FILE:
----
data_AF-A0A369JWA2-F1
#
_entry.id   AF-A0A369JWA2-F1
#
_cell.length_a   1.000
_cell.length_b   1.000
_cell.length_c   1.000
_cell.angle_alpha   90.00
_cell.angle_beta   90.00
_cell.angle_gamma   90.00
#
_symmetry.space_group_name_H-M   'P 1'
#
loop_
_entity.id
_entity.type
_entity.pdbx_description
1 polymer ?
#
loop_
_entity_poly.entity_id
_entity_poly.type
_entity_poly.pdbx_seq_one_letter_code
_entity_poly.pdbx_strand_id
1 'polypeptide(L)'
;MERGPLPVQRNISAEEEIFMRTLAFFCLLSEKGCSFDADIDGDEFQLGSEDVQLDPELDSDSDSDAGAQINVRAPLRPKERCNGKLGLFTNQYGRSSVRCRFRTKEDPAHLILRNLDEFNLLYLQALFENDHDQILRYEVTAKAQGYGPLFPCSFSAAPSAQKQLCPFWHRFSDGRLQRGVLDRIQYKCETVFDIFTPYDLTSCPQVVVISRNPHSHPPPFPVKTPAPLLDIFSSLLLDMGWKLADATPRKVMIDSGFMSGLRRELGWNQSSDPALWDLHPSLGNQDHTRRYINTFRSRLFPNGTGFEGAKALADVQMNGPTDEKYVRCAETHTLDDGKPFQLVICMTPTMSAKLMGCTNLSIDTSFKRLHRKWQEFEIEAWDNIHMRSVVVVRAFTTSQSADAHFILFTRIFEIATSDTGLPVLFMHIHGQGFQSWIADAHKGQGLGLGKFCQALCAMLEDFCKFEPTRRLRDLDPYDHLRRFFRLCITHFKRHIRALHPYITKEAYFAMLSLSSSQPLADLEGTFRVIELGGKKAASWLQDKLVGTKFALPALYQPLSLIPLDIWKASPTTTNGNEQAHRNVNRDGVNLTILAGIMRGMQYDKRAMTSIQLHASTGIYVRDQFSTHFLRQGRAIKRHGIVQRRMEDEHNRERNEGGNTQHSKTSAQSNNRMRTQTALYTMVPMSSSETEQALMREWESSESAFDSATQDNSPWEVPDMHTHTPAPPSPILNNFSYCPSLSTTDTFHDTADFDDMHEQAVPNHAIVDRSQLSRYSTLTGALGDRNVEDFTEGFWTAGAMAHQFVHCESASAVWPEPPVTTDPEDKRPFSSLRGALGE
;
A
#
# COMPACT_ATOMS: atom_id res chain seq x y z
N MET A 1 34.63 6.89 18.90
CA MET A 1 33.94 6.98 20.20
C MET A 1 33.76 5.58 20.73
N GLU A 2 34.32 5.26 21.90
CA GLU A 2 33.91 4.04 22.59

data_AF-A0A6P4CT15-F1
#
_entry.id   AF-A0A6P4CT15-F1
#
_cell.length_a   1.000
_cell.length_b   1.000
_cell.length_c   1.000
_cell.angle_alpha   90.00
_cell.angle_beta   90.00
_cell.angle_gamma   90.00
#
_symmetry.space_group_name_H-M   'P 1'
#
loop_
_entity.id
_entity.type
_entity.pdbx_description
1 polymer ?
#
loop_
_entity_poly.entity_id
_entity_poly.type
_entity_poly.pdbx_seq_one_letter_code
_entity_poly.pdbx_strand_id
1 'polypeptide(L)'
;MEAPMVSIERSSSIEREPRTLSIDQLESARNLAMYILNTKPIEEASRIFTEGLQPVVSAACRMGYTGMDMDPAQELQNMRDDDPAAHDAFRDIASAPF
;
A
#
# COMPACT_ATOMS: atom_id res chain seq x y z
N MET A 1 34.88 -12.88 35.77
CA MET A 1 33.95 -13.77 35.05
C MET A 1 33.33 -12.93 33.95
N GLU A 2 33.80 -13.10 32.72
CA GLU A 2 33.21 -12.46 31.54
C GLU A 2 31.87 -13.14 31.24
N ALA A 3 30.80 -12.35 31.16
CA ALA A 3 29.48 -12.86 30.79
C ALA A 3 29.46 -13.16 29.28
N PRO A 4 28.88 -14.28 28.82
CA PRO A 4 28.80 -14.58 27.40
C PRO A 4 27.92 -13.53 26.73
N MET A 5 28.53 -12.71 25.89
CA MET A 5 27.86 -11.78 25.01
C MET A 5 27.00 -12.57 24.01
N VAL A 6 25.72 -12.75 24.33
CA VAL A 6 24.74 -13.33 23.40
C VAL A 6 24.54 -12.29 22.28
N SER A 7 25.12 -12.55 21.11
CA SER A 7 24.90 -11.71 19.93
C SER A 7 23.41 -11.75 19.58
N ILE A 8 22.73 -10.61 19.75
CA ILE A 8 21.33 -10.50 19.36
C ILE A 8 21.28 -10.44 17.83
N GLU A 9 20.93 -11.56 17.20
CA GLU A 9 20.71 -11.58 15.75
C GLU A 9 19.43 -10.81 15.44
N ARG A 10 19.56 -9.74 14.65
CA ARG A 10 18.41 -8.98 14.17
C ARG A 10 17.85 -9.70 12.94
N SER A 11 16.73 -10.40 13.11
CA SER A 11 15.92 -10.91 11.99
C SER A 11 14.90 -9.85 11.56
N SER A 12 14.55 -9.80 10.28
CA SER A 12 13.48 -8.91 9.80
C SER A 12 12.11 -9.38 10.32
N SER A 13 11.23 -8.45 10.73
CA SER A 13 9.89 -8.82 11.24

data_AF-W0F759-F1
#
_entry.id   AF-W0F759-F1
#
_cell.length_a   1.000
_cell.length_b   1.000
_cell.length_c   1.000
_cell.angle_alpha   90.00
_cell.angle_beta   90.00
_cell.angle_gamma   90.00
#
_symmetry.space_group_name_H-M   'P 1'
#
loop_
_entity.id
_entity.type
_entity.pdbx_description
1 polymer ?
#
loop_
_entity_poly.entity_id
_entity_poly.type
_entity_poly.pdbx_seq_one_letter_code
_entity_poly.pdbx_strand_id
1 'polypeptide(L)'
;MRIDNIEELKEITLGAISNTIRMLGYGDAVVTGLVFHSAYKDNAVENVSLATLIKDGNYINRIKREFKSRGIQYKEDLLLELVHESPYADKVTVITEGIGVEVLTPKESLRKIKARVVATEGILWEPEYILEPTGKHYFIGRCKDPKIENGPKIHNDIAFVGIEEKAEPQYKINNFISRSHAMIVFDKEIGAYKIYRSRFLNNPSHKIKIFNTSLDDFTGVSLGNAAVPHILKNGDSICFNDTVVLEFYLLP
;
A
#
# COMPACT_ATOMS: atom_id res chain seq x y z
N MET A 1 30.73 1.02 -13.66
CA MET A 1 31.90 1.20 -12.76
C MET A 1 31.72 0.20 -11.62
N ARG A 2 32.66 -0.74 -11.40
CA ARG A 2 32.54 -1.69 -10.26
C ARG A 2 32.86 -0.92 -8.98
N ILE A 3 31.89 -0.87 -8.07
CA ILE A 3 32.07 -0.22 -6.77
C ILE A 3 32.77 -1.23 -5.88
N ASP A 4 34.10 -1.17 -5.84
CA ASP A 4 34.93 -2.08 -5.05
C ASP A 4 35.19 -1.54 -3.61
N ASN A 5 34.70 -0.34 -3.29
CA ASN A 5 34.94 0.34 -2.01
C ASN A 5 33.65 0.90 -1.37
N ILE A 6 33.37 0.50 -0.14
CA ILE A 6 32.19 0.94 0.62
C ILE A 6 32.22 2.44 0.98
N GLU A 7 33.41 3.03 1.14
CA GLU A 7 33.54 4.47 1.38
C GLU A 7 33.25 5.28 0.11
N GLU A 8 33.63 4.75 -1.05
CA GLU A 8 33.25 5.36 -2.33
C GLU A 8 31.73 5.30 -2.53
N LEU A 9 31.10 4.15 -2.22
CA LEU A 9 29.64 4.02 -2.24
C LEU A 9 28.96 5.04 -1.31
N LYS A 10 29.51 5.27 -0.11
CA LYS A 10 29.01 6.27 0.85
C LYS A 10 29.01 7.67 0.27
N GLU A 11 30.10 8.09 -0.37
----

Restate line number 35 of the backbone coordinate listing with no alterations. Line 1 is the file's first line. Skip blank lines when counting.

CA GLU A 2 33.91 4.04 22.59